The Federal Occupational Safety and Health Administration (OSHA) exempts dentistry, as a low-risk industry, from…
Recently, the US Department of Health and Human Service (HHS) Office for Civil Rights (OCR)announced three separate Resolution Agreements for potential violations by healthcare providers. The first incident involved a potential violation of federal civil rights laws, while the second and third settlements consisted of HIPAA violations. The settlements are detailed below.
- May 10, 2023: The HHS-OCR announced it had entered into a Voluntary Resolution Agreement with MCR Health, Inc. to resolve a disability discrimination complaint. Allegedly, MCR Health, Inc., a Florida health center, failed to provide effective communication for a patient’s caregiver. The individual, who is deaf and hard of hearing, filed a complaint with HHS-OCR stating that MCR Health, Inc. failed to provide her with auxiliary aids and services when she requested an interpreter be present for her while she attended her husband’s post-surgical medical appointment.
For more information on managing patients or patient representatives who are hard of hearing, please refer to OSHA Review’s blog from November 14, 2022.
- May 16, 2023: The HHS-OCR announced a Resolution Agreement of potential violations of the HIPAA Rules with MedEvolve, Inc., a business associate that provides practice management, revenue cycle management, and practice analytics software services to covered healthcare entities. The settlement concludes HHS-OCR’s investigation of a data breach, where a server containing the PHI of 230,572 individuals was left unsecure and accessible on the internet.
- June 5, 2023: The HHS-OCR announced a Resolution Agreement with Manasa Health Center, LLC, a healthcare provider in New Jersey that provides adult and child psychiatric services. The settlement resolves a complaint alleging that Manasa Health Center impermissibly disclosed a patient’s PHI when the entity posted a response to the patient’s negative online review.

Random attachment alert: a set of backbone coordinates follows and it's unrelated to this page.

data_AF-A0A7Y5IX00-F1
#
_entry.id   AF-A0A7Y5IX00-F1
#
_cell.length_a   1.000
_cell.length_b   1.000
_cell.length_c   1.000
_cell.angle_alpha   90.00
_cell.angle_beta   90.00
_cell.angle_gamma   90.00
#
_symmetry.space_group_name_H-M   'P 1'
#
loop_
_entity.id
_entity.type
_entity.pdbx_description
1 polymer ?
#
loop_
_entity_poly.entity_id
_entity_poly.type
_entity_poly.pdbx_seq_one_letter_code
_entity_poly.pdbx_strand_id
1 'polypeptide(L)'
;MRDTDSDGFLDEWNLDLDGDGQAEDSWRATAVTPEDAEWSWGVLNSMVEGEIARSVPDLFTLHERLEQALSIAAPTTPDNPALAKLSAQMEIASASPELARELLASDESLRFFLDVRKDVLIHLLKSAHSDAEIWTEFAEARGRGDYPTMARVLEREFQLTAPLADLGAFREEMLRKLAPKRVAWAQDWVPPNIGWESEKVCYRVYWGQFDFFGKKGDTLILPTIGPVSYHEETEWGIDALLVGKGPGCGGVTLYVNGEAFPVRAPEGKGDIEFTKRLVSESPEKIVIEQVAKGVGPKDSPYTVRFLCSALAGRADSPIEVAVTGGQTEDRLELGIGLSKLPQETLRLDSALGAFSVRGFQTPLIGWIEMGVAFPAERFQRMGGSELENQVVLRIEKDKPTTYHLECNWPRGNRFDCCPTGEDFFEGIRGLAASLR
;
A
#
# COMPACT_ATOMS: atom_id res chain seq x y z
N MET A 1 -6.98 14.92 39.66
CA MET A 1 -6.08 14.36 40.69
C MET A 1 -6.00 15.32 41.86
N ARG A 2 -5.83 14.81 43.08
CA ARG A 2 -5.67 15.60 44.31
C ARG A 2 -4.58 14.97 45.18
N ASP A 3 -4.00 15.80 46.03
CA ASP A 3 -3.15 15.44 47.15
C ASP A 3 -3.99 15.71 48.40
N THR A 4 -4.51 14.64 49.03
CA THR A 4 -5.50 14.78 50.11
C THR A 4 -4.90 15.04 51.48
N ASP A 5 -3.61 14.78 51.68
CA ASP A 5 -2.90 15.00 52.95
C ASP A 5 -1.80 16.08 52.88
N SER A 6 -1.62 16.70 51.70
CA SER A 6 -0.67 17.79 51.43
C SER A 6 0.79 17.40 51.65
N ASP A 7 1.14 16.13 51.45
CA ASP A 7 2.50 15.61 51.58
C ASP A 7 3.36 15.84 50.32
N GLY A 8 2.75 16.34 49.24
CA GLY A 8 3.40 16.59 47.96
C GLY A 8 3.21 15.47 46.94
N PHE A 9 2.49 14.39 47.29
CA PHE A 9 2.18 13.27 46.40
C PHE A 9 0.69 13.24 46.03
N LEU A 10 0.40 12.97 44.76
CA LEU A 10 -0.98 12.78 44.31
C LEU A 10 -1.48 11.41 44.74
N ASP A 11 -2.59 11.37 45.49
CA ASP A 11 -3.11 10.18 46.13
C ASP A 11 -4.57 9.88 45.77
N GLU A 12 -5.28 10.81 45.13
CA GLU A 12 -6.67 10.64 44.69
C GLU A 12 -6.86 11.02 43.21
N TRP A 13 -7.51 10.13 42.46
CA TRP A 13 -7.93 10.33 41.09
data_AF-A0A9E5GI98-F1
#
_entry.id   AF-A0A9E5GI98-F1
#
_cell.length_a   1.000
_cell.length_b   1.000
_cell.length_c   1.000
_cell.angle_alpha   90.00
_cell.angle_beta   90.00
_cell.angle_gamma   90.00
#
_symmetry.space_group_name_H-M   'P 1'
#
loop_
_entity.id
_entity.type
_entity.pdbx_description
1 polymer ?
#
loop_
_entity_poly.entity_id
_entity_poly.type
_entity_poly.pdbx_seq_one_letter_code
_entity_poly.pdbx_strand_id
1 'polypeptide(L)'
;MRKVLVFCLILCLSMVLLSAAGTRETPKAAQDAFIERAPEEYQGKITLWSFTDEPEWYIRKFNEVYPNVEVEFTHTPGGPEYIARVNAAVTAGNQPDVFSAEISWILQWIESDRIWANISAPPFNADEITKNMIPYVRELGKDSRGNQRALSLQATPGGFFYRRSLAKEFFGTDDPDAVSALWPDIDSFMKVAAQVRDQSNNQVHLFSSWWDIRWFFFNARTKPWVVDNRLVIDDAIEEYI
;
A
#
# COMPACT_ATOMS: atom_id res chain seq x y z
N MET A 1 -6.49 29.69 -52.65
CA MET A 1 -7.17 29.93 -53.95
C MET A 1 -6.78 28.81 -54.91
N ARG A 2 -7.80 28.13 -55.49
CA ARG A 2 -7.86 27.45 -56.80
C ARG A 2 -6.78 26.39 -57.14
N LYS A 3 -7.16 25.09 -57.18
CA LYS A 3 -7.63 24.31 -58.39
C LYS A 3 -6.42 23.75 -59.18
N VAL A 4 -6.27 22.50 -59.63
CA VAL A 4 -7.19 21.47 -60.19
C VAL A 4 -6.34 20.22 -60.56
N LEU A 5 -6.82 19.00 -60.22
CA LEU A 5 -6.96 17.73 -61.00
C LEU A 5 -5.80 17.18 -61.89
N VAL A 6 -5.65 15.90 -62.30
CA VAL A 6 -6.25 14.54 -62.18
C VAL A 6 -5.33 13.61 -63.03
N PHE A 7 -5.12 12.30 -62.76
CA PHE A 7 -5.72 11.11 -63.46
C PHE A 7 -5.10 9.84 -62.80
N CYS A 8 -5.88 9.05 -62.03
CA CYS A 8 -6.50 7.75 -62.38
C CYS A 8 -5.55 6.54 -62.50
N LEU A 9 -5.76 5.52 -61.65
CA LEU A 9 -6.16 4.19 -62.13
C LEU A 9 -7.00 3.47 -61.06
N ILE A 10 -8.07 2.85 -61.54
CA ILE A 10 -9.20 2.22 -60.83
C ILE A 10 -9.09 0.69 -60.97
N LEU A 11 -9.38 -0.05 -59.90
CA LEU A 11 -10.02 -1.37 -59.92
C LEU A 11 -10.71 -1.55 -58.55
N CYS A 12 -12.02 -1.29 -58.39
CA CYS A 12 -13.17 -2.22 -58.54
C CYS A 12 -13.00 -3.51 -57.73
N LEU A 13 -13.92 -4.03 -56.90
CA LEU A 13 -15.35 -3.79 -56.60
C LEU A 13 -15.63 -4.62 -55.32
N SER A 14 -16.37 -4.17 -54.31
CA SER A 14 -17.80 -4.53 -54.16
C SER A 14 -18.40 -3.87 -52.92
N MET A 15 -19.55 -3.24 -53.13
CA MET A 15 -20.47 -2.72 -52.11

Dental offices, and their business associates, must comply with the HIPAA Security Rule, which requires covered entities to adopt adequate means for safeguarding the confidentiality, integrity, and availability of patients’ PHI. Examples of security measures in a dental office include: restricting access to computer workstations, prohibiting impermissible PHI disclosures, controlling facility access, locking up patient records, installing firewalls, passwords, data encryption, data back-up plans, security risk analysis, and training.
For our OSHA Review subscribers… a HIPAA checklist to help dentists conduct a security risk assessment can be downloaded from OSHA Review’s website. For more information about HIPAA requirements, please refer to the July/August 2022 Training Document in Section X of your OSHA Review binder.
Since 1992, OSHA Review, Inc. has provided dental professionals with comprehensive programs to support regulatory compliance and infection control. We are a registered continuing education provider in the state of California, specializing in Dental Practice Act, infection control, and OSHA training.